As the internet expands into more and more places, new words are popping up all the time to create new, funny content.
But sometimes, there are new words that are downright silly and don’t quite fit the trend.
We’ve rounded up a selection of words that you might find funny, funny, hilarious, or just plain silly, but you should probably know about.
Some are already being used in everyday conversations, and others are just more of a trend to catch your eye.
But they’re worth learning and enjoying.1.
Japanese “Yahoo”In this case, Yahoo is a word used in Japanese to refer to a mobile messaging app.
But that doesn’t mean Yahoo is an exact match for the word “Yoga” in the Japanese language.
It is, in fact, an abbreviation of a different word.
Yahoo is actually an abbreviation of the word ‘yoga’ which is the name of the Japanese word for the body of a human being.
So in other words, Yahoo and yoga are a good fit.2.
Italian “Amber”In Italian, ‘Amber’ means ‘fire’ and is an extremely popular term for a firecracker or fireworks.
It’s also the name for a type of cannabis in Italy.
But the name ‘amber’ actually refers to a type in a different way.
Amber is a type (methanol) of marijuana that contains about 5 percent THC.3.
French “Gueuze”In French, ‘gueuze’ means “to eat” and is a kind of stew made with meat, potatoes, onions, vinegar, and garlic.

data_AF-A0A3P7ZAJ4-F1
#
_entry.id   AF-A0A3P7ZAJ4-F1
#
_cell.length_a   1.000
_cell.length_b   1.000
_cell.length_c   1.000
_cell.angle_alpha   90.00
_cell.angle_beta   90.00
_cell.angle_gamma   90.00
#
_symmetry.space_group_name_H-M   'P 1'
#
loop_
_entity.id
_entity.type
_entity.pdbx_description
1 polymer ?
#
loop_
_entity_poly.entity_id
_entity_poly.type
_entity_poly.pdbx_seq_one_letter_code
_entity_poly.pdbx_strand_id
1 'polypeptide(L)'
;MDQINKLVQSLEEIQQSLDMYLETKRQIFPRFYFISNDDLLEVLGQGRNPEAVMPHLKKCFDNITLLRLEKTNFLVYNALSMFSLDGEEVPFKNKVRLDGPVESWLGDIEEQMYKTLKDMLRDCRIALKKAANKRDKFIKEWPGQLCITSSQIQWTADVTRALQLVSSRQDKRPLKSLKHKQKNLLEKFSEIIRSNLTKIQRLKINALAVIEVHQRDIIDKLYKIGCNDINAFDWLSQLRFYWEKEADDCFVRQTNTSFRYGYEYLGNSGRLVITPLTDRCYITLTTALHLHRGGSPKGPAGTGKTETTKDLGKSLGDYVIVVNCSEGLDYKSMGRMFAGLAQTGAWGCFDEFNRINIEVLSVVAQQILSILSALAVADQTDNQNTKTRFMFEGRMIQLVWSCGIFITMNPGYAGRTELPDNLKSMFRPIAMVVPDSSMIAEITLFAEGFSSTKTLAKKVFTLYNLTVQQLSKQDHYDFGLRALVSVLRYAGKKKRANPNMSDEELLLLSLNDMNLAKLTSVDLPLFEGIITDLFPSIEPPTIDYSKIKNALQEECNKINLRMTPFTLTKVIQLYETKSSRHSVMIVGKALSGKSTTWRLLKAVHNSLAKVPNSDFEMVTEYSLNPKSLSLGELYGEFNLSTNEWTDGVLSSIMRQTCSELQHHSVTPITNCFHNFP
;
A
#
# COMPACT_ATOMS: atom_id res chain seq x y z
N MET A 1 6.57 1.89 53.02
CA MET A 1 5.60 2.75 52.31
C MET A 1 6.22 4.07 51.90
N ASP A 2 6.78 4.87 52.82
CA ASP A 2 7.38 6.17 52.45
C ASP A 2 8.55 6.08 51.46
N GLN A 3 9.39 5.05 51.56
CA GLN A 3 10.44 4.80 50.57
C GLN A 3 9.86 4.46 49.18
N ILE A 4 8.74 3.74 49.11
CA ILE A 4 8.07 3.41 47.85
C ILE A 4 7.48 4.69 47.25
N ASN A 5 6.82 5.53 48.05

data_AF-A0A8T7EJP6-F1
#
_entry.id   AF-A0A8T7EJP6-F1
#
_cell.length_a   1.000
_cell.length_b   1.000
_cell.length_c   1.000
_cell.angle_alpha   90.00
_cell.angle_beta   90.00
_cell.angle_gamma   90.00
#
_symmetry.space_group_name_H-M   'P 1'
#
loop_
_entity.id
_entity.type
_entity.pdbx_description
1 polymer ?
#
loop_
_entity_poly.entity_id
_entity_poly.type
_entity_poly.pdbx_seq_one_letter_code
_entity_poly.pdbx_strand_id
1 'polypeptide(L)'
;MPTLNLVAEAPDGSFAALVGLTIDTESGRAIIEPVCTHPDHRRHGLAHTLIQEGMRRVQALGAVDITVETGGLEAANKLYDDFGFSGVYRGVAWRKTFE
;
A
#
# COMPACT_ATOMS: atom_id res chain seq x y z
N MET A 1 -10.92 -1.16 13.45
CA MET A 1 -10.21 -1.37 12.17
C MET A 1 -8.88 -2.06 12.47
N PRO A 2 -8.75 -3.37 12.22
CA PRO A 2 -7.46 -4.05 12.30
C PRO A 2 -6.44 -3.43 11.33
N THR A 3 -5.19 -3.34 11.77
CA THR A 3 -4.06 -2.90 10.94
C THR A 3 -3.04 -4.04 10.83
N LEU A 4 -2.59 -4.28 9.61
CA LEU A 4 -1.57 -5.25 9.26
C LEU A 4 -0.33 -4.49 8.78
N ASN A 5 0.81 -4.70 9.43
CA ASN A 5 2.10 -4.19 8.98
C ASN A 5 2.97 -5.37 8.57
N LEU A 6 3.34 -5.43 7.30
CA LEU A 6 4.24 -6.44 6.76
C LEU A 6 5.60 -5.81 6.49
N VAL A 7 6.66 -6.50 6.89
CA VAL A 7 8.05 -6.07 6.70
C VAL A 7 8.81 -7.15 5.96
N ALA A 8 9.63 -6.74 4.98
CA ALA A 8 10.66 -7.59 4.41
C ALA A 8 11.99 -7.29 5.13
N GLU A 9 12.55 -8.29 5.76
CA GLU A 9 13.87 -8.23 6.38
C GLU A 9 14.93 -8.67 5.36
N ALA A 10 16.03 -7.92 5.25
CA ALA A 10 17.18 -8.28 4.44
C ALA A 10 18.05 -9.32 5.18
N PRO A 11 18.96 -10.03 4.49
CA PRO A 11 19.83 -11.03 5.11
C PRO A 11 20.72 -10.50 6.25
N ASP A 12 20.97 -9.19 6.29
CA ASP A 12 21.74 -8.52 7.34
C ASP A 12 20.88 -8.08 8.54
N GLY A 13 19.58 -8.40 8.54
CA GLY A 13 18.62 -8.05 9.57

This is the same word as the French word for ‘yogurt’.
In fact, this word has been used in French to refer specifically to a sort of fermented drink made with a fermented liquid.
In France, gueuzes are often served alongside meat.4.
German “Bauer”In German, ‘Bauer’ means to kill, to eat or to cause death.
This can refer to the practice of killing people with a knife or the method of doing so.5. Japanese オー (hachi)In Japanese, ‘hachi’ means a certain type of soup made with vegetables.
But this isn’t the same thing as ‘shio’, which is an abbrejection of ‘yokozuna’ which means ‘the leader of the samurai’.
Instead, hachi means ‘tongue’.6.
Swedish “Sausage”In Swedish, ‘Saus, så’, meaning sausage, means sausage with a piece of pork and some vegetables, or simply sausage.
But it’s also a way of describing a particular type of meat.
This could be a type like sausage, which is a thick, porky cut of meat, or a type called sågå, which can be a meaty cut, such as pork belly, pork loin, or beef sausage.7.
Dutch “Bakker”In Dutch, ‘bakker’ means bacon.
It also means bacon, pork, or sausage.8.
Polish “Bierk”In Polish, ‘koręki’ means butter.
It can also mean a piece or part of a cheese, such a cheese wheel.9.
Swedish “-ka”In Finnish, ‘ko’ means milk.
And, as a result, milk is also a word that can refer either to milk or to the dairy products that are traditionally made from it.10.
Spanish “Pork”In Spanish, ‘púnica’ means pork.
So, ‘porcido’ translates to ‘pork’ in English.11. Japanese 狩豆著 (korō)In this form of Japanese, 狥豊豱 (koriō) is used to describe something in the process of being cooked.
This would be something like a Japanese stew.
In fact there are many different types of ‘porchezo’ used to refer either a type or a particular thing.12.
Italian ‘Cheddar’In Italian ‘cheddar’, meaning ‘milk’ or ‘milky’ or simply ‘milked’ is the most common word.
But there are other variations, such the word for milk, ‘mocchetto’.13.
Danish “Gingerbread”In Danish, ‘garn’ is a derivative of ‘gørre’, which means to go or move away.
In this case it is the meaning of ‘to go’ and the English word for it is ‘garden’.14.
Polish ‘Molotov'”Polish’ means something that’s cold, as in a cold cup of coffee.
‘Molk’ is also used in this case.15.
German ‘Bier’In German ‘bier’ means an alcoholic drink made from a fermented fermented liquor.16. Bulgarian